Date of the opening: december 02, 2011
Date of opening: 2 December 2011 Duration: 1 h 50 min
At first, Ubu the King was regarded almost as a prank by joking high-school students, but Alfred Jarry, with his discipline and style, made a monstrous and legendary work. The play has several merits, including its reputation: who has not heard of the Ubu couple? Their ridiculous and notorious story has passed into posterity, while in everyday French language, comically cruel and cowardly people are called ubuesque.
Among the two dozen people on stage, we find citizens, farmers, noblemen, courtiers, and no less than two armies, a bear and a ghost! Also there is a richness of thought and a freedom of tone in both the substance and form. The continuous reinterpretation of boundaries, the quick crossing of the rational, are sure signs that we are dealing with a true surrealist talent.
What a pleasure to work on a text that has such an air of rebellion and extreme insubordination!
Ubu the King, of course, denounces political systems that engender madness and absurdity in the struggle for power. It ridicules those all-powerful dictators or ambitious despots who would make unbelievable compromises in order to reach their own ends. The work goes even further, casting a sharp but lucid look at human behaviour, all within the framework of a bursting, impertinent and liberating laughter. The curses of Papa Ubu (merdre and cornegidouille) resonate around the globe, launching a challenge on arrogant and triumphant stupidity, unscrupulous greed, and irresoluteness, the cowardice of your poor brothers in death, as Albert Cohen put it.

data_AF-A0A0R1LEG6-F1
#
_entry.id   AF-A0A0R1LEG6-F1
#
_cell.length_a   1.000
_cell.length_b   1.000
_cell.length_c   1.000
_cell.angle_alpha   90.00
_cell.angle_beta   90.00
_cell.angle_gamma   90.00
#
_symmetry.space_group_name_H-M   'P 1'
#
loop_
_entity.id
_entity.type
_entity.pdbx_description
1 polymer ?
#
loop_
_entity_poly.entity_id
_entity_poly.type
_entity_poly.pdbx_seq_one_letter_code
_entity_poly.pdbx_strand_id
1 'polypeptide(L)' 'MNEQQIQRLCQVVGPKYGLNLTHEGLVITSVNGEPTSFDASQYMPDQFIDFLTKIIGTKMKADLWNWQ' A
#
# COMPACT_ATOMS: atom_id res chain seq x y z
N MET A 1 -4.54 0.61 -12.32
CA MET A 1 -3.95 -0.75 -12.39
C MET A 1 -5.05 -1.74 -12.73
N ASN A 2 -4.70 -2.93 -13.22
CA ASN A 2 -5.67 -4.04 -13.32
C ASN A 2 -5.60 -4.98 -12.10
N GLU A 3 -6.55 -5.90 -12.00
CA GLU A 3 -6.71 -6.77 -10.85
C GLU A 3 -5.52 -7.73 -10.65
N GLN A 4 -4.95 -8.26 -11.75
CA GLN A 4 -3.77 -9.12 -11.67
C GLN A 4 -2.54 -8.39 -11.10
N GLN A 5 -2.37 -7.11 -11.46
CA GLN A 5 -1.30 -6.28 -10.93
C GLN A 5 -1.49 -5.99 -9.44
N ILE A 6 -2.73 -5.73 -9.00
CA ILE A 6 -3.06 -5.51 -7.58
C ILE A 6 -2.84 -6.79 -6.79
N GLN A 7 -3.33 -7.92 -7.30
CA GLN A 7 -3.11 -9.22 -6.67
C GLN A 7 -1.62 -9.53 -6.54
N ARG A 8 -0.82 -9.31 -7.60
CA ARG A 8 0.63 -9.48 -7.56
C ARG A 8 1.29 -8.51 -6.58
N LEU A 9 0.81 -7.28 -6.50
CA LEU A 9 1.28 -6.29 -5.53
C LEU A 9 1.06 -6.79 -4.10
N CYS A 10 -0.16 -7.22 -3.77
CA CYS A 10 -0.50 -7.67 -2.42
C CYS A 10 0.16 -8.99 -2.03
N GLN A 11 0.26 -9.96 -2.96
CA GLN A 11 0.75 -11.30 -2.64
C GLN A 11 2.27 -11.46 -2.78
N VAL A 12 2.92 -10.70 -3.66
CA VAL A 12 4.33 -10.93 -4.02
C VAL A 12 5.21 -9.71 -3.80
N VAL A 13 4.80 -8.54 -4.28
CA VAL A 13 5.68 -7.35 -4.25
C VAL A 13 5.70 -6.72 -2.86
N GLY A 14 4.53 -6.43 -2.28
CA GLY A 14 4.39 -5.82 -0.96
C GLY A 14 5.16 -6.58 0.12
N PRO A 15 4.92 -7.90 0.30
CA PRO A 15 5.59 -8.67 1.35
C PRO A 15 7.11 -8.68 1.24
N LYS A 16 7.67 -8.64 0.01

So, let us laugh at the weakness of humanity but let us also look deeply in the mirror: there is something of Papa Ubu and Mama Ubu in us, too, something of best and worst, light and shadow, strength and weakness, servant and master, masculinity and femininity, hero and traitor, saint and criminal... These characters bear a resemblance to us: so, let us laugh wholeheartedly... first of all, at ourselves, shaking with laughter.
It is in this context of derision, self-mockery and joyous ferocity that the actors take on their characters (with an s), for here, the clothes make the man, that is to say, the costume makes the character come alive. All of a sudden, any actor may find himself in the role of good or evil. He may be a winner or a loser, according to the mood of the story. This demonstrates how a physical exertion, a vital energy, a kind of organic voraciousness must dictate the rhythm of the spectacle! I use the word spectacle deliberately here, because it contains the spirit of inventiveness and creative madness into which I want to dive, even breaking (enthusiastically) theatrical conventions.
See our actors stepping onto the stage... the Ubu Kings sweep away everything: they joyfully destroy and angrily denounce, all but to better re-enchant the world. They have rediscovered a childhood simplicity, insolence, and power of wonder, as did Miró and Picasso towards the end of their lives.
I think also of Paul Klee and Jean Rouch. The first because of his sculptures: naïve, small figurines made with colorful pieces of wood, bits of twine and rags, a source of inspiration for fine art. The second as an ethnographer and filmmaker, but also as someone who dealt with the performances of comedians. His fascinating documentary film shot in Ghana, The Mad Masters (1954), that gives an account of the Haouka cult. Participants threw themselves completely into these possession-dances, emanating aggression. Our Ubu Kings need to carry within themselves this ritual atonement, the duty of atonement for the miseries of the world, the cruelties of humankind, that is to say, they need to be a mirror for our civilization. Surely, western theatrical culture has a lot to learn from the ancient, animist rituals preserved in the African continent.
In conclusion and in response to the rational logic of Descartes and his famous I think, therefore I am, this Ubu the King could be placed under the sign of kabbalistic thought as follows: I read, I interpret, I criticize, I oppose, I listen, I write, I question, I answer, I quote, I laugh, I tell, I name, I discuss, I call, I pray, I learn, I teach, I live... therefore I am.